When it comes to being House Speaker, Minority Leader Nancy Pelosi says she's been there, done that, and doesn't want a repeat visit anytime soon.
In a wide-ranging interview with National Journal
, the California Democrat rejected the idea of another shot at the speaker position.
"No, that's not my thing. I did that," Pelosi responded.
The apparent disinterest in her old job kicked up a commotion with her communications staff, CNN noted.
"Do you want to be speaker again?" the edited question read in the National Journal.
Drew Hammill, her communications director, said the full question was "Do you wish for the chance for the Speakership again for yourself?"
And her answer "simply meant she doesn't 'wish' to be Speaker as she has already served as Speaker for four years" and further, that she has no plans to step down from her seat, he said in a statement to CNN
In fact, Pelosi has lost none of her fire when it comes to the GOP, which she told the National Journal has lost its way — and its leadership.
"[The Republicans'] agenda is nothing, and their timetable is never," Pelosi said, adding she wished the lack of agreement in Congress "could be different."
"Here's what I have to say to my Republican friends out there: Take back your party," she told the National Journal. "This isn't the Grand Old Party that used to have such great leadership.
"The name 'Republican' in some ways has been hijacked by obstructionists. They are nowhere on the spectrum of trying to get the job done, and they claim the name without bringing to it the greatness, the leadership of the past."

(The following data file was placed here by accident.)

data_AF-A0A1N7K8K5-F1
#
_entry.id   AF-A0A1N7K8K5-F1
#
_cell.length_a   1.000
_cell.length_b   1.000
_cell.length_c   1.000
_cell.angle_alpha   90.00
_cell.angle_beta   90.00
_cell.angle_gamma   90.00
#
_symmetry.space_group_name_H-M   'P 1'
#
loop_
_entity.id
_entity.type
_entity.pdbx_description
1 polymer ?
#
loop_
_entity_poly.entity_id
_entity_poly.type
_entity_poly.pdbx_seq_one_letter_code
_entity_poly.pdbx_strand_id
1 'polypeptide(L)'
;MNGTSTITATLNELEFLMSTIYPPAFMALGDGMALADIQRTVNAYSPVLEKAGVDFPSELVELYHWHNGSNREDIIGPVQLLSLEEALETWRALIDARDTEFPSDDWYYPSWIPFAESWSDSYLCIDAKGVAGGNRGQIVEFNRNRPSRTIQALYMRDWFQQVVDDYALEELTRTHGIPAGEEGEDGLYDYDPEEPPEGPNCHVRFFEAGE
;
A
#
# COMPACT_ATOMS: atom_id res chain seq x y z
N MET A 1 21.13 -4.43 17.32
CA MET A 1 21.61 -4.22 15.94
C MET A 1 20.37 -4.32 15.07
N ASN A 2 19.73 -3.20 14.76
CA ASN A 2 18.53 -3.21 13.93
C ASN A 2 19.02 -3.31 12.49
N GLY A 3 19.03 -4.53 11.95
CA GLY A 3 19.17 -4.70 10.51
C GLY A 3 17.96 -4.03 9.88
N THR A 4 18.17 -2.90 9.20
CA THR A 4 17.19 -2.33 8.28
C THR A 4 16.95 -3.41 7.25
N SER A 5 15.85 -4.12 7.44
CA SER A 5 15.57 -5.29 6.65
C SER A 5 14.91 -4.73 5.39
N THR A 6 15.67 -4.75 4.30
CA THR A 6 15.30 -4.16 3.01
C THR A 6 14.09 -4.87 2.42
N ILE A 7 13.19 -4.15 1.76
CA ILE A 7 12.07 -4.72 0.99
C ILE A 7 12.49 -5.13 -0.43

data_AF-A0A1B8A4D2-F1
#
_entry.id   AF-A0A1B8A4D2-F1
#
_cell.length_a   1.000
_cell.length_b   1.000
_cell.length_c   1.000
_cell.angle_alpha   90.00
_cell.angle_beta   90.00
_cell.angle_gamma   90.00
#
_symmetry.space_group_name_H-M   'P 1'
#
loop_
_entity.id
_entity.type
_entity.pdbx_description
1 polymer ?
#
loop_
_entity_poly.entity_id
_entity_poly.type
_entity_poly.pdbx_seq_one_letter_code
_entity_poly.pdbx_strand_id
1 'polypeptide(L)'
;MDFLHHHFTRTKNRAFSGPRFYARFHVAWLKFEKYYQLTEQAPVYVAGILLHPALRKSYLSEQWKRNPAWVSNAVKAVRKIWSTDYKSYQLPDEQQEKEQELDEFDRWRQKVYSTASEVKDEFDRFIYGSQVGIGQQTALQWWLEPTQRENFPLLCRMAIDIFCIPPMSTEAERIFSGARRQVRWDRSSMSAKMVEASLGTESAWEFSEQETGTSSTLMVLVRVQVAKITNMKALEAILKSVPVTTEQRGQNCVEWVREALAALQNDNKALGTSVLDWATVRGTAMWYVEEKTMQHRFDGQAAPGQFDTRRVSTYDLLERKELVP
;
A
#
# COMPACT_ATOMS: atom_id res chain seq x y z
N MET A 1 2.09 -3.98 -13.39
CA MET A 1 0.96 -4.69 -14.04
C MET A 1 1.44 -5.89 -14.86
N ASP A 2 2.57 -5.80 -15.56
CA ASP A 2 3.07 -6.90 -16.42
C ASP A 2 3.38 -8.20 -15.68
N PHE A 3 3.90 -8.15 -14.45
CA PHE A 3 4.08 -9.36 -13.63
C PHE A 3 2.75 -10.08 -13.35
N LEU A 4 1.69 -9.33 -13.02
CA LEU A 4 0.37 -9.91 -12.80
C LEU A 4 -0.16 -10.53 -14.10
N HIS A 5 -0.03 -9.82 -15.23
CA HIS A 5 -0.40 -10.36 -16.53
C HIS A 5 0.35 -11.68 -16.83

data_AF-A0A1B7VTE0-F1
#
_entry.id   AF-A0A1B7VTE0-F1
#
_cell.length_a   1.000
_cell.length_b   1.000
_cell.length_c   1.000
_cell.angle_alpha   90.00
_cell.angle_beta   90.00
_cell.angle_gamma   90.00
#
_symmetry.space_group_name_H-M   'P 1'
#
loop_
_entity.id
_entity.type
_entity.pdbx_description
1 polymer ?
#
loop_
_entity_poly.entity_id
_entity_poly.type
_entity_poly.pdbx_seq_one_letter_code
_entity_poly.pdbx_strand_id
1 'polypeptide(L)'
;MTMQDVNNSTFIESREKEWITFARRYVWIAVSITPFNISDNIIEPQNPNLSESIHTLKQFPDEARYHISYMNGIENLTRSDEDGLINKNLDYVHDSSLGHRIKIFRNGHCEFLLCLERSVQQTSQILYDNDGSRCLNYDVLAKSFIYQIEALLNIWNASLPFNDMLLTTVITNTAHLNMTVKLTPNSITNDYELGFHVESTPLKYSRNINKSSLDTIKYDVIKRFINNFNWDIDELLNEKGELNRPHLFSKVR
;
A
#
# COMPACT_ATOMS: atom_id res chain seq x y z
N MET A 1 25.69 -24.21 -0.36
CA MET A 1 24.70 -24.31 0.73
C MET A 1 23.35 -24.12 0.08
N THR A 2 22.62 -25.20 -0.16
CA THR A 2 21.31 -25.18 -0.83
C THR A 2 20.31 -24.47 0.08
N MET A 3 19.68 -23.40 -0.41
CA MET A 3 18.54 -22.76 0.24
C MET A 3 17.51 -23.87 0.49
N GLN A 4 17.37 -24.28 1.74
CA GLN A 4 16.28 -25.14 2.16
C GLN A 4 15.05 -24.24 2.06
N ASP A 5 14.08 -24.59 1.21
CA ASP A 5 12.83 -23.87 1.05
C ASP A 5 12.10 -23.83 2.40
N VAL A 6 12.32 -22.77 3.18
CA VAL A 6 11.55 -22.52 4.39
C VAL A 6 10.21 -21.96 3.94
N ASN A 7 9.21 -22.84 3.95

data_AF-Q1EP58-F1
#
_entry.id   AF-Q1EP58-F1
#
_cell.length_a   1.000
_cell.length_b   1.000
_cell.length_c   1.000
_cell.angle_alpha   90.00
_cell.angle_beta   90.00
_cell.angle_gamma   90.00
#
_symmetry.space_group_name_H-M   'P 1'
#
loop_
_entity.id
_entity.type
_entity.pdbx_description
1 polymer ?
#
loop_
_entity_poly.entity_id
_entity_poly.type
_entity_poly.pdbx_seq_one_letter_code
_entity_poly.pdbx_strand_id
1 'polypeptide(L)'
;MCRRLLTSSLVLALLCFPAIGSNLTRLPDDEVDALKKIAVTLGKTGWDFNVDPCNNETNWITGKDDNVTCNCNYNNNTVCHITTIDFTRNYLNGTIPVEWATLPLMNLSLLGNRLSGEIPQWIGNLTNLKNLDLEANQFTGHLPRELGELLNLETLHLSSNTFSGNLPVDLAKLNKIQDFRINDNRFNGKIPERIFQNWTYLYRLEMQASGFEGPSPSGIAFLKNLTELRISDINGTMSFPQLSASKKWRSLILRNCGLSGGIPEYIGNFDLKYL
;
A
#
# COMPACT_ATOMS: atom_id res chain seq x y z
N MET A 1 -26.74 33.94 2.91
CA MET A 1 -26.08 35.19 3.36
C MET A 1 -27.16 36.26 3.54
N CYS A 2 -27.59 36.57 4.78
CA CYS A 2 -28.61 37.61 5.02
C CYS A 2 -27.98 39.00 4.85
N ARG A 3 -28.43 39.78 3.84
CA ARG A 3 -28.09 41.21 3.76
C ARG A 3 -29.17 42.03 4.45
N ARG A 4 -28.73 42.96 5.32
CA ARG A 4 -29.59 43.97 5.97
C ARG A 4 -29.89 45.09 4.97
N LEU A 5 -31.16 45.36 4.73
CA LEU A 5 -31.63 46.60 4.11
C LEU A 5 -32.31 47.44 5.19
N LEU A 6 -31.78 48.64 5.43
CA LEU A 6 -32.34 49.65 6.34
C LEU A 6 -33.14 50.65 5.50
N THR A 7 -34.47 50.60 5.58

Pelosi said there was no reason lawmakers "can't be coming to some agreements" on issues like a short-term budget, a debt ceiling and immigration — and she called the inaction "Groundhog Day Central ... It's not productive. It's a waste of the taxpayers' dollar. It's a waste of our time. And it's time that's not working [for] the American people."
Pelosi put the blame on an intractable group of "obstructionists" — "it's more than 20," she said — for the congressional gridlock.
There's a way through the impasse, she said.
"If they are willing to govern, we can find compromise," she said. "Not if they are just going to hold their ideological position and say, 'We can be irresponsible because the Democrats are going to be responsible.'"
Yet Pelosi said she believed the House would "work its will" on immigration.
"If the speaker wants to do it in pieces, that's OK with us," she said. "But we're not going away. There's a confidence about the inevitability of it on our side that is up against the inconceivability of it to them ...
"As Abraham Lincoln said, public sentiment is everything — and the public is speaking out on this one."
Pelosi snapped at a question as to whether House Speaker John Boehner, an Ohio Republican, was stuck with "an unwieldy caucus."
"I don't comment on their caucus, their leadership, or the rest of it," she said. "He's the speaker of the House. I respect the job. The position that he holds is a very exalted one. I wish his members would respect his position as much as I do."
She also said she wouldn't "get in sniping at the Republicans on how they do their business," preferring to talk instead "about how it affects the American people."
Pelosi said this summer break and town hall meetings were "different" than in 2009, when Democrats, she maintained, "saved the Affordable Care Act."
"Democrats saved an initiative that we can now take pride in," she said. "It's a different kind of a year this year. It's a calmer debate, and the heat is really more on immigration."
Pelosi held the House Speaker spot from 2007 to 2011 after several years as minority leader. When Republicans regained control of the House, she returned to her role as minority leader.
First elected in 1987, the outspoken Pelosi has become an icon of liberalism, her critics say.
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